“I bring you Frankenstein” How seasonal flexibility can bring great results
You have probably guessed what the first part of that title is about. I remember seeing it happen in a school nativity play some years ago. The concentration on the young lad’s face as he approached the nativity scene trying so hard not to say ‘Frankenstein’ instead of ‘Frankincense’ was brilliant to see. Even better was the Homer Simpson ‘Doh’ he muttered after he said it anyway. Of course, a room full of parents, teachers, kids and the wise man himself erupted into howls of laughter. It was a memorable moment that will live with me for a long time. These things are important, and they really matter to us.
Employees also matter
Anyone involved in employing an effective team of workers will tell you that they don’t just work for the money. Of course, a competitive salary and the expected benefits for the role are very important. The basic reason we all work is to be paid, but we can get that in any job. Effective and engaged workers also have a high level of job satisfaction and that, in turn, leads to contentment.
When we get to the Christmas holidays, and the new year after, there is a period of frantic activity in our home lives that can really start to impact on work balance. While it may be too late to do much this year, now seems a good time to look at whether there is something that could be done to make the holiday period less of a hassle and more of an opportunity to encourage a little more employee engagement.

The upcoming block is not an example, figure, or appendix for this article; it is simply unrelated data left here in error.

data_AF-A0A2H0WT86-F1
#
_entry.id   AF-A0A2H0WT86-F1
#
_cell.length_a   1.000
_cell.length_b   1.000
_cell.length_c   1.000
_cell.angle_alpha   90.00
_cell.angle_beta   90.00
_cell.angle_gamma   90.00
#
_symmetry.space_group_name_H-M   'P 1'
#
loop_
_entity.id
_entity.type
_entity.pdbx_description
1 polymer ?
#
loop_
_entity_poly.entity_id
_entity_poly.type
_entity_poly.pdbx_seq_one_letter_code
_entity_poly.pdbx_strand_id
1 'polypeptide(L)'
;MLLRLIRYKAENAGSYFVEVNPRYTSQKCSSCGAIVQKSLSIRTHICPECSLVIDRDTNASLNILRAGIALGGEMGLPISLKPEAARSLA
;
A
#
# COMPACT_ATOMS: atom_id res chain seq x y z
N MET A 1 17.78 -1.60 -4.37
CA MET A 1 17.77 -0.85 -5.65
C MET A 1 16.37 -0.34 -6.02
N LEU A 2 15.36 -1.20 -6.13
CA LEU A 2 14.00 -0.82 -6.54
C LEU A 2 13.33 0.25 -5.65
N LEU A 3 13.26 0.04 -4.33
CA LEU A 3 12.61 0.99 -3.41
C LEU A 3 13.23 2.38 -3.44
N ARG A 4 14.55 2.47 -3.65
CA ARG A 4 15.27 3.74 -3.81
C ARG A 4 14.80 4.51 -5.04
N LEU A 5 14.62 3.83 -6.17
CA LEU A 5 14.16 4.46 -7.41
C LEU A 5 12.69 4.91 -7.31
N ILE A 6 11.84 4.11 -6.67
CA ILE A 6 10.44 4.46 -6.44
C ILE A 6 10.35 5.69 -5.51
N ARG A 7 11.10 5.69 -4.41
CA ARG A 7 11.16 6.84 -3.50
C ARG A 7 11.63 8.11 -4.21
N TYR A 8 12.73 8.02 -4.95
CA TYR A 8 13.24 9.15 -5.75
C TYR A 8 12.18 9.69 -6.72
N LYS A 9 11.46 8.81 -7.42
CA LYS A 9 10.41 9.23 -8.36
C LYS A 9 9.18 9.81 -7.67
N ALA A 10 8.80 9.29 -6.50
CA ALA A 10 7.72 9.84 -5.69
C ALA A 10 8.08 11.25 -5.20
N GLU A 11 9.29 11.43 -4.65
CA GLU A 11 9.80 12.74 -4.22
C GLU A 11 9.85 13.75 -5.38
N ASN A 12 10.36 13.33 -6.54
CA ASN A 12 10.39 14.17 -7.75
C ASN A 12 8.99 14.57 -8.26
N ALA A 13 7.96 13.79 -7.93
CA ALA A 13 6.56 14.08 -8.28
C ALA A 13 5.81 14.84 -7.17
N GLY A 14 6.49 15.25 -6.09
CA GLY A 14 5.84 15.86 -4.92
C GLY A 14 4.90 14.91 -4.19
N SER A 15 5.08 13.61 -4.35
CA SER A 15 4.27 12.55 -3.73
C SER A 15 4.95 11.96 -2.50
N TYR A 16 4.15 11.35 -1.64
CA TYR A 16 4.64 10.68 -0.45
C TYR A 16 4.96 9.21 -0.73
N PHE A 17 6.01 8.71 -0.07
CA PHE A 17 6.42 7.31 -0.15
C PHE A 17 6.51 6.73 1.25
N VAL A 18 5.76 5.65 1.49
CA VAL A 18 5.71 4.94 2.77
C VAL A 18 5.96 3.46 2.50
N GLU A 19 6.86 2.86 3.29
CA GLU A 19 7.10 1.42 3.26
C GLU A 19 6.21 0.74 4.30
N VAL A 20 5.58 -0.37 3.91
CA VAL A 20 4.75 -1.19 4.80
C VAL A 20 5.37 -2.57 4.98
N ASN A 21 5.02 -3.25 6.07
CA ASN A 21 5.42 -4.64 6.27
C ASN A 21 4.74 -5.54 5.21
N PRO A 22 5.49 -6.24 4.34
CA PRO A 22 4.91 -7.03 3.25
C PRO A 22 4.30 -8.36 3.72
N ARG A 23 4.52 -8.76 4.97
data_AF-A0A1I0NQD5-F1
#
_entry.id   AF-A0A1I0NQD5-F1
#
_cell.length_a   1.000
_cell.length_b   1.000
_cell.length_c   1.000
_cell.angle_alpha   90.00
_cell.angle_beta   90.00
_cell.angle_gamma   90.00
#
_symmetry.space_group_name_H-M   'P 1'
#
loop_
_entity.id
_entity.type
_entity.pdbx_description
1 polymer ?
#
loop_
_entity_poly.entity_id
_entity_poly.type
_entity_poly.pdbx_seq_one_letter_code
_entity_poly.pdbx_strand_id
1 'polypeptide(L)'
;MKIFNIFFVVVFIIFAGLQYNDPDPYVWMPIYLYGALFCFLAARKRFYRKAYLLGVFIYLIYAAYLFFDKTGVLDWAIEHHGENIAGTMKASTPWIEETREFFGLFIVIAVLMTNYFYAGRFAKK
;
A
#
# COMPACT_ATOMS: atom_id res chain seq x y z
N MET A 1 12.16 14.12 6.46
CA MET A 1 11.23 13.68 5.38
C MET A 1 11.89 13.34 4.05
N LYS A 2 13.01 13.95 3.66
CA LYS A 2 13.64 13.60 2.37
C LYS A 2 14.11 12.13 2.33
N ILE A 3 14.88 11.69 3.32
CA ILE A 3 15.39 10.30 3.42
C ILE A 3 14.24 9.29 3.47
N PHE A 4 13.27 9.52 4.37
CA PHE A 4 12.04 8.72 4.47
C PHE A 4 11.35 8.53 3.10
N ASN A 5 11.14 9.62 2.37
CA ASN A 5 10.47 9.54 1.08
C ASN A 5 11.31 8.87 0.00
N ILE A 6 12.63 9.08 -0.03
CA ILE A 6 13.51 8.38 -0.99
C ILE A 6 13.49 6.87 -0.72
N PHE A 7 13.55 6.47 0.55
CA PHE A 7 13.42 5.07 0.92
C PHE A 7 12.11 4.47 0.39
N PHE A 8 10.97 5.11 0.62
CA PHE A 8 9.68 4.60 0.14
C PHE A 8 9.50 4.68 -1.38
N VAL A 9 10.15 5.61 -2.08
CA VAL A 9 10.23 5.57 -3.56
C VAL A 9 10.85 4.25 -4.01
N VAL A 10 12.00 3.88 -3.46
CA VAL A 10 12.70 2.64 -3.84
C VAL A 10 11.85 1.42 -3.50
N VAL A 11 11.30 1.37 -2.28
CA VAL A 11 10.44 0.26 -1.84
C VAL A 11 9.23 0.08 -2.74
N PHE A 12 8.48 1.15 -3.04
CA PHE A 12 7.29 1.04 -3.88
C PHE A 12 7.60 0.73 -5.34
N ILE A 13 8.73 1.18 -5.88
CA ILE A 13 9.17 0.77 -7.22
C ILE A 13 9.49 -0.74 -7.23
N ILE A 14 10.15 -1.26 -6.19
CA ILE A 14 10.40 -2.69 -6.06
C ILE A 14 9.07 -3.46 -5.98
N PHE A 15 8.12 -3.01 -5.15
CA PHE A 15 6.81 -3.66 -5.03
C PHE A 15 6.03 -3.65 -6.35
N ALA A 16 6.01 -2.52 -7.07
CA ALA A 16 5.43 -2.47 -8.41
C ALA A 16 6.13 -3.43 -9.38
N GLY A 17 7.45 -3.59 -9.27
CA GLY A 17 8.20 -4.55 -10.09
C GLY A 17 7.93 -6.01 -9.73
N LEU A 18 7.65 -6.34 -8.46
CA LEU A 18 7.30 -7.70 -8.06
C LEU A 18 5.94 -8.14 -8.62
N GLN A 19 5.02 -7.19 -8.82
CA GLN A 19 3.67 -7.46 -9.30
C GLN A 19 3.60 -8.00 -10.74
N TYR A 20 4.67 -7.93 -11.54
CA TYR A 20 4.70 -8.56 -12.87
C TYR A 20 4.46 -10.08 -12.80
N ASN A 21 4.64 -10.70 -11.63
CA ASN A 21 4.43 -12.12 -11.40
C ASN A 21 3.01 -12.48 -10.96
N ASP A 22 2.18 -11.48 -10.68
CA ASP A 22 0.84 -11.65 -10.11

Here are some ideas that I have seen over the years.
- Allow an extra shopping day swap out. Perhaps a scheme where you could allow a day off in December that is swapped for weekend day in January. I suspect many a stock check or office re-arrangement would go much easier if it were in exchange for a quieter shopping day pre-Christmas.
- An hour can make a lot of difference. Come the last day of working before the Christmas holiday hits it can be lovely to leave a little earlier than normal.
- Do the annual assessments and staff reviews in the run-up to Christmas. Everyone is in a good mood usually, and they will be leaving knowing where they stand with their job when they return. Research on the subject points to feedback as a real boost to morale and job satisfaction.
- Do a week of increased time for lunch. An extra half hour can be enough to grab a few bits of Christmas shopping.
That Nativity play we started this article with is pure gold in terms of memories and will mean so much to a Mum or Dad for years to come. These plays are often in the early morning, lunch time, or late afternoon, so if the workplace is flexible enough to allow parents/grandparents/aunties & uncles a bit of time out to see them, but clear enough on what that means to the employee in terms of time to be made up or not, it would mean so much to them, and that small play could generate a lot of goodwill to see you through the January blues.